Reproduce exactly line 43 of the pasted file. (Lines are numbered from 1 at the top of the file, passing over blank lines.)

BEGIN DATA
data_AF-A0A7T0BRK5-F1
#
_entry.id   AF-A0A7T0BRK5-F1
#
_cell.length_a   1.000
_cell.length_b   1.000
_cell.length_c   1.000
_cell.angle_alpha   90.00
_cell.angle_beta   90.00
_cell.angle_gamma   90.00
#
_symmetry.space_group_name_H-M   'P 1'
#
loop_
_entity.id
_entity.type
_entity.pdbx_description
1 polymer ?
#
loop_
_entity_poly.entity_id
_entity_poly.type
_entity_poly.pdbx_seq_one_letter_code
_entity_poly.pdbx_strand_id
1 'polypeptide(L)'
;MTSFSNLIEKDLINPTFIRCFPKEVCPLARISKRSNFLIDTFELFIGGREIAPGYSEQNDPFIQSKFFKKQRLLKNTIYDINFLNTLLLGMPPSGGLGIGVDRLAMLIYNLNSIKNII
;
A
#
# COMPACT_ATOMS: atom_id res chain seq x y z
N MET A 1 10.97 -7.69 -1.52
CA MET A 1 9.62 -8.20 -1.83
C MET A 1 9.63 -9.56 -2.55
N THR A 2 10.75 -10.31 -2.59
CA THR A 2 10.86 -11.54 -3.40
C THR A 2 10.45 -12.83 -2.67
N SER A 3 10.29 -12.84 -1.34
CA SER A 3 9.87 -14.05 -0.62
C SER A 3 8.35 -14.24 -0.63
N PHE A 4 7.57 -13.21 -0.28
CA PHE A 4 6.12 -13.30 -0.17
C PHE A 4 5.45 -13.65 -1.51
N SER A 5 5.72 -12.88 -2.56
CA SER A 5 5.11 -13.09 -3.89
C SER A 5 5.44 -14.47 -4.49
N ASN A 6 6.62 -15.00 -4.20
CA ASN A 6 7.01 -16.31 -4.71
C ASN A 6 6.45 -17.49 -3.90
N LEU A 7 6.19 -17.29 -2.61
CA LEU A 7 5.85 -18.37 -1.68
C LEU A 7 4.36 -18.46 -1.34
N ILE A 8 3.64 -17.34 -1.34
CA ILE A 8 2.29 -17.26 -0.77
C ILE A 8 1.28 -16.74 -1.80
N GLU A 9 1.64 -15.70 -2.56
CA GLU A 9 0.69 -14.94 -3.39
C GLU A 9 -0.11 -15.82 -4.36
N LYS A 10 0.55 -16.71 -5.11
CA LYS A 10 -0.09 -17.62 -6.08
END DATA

N SER A 5 5.72 -12.88 -2.56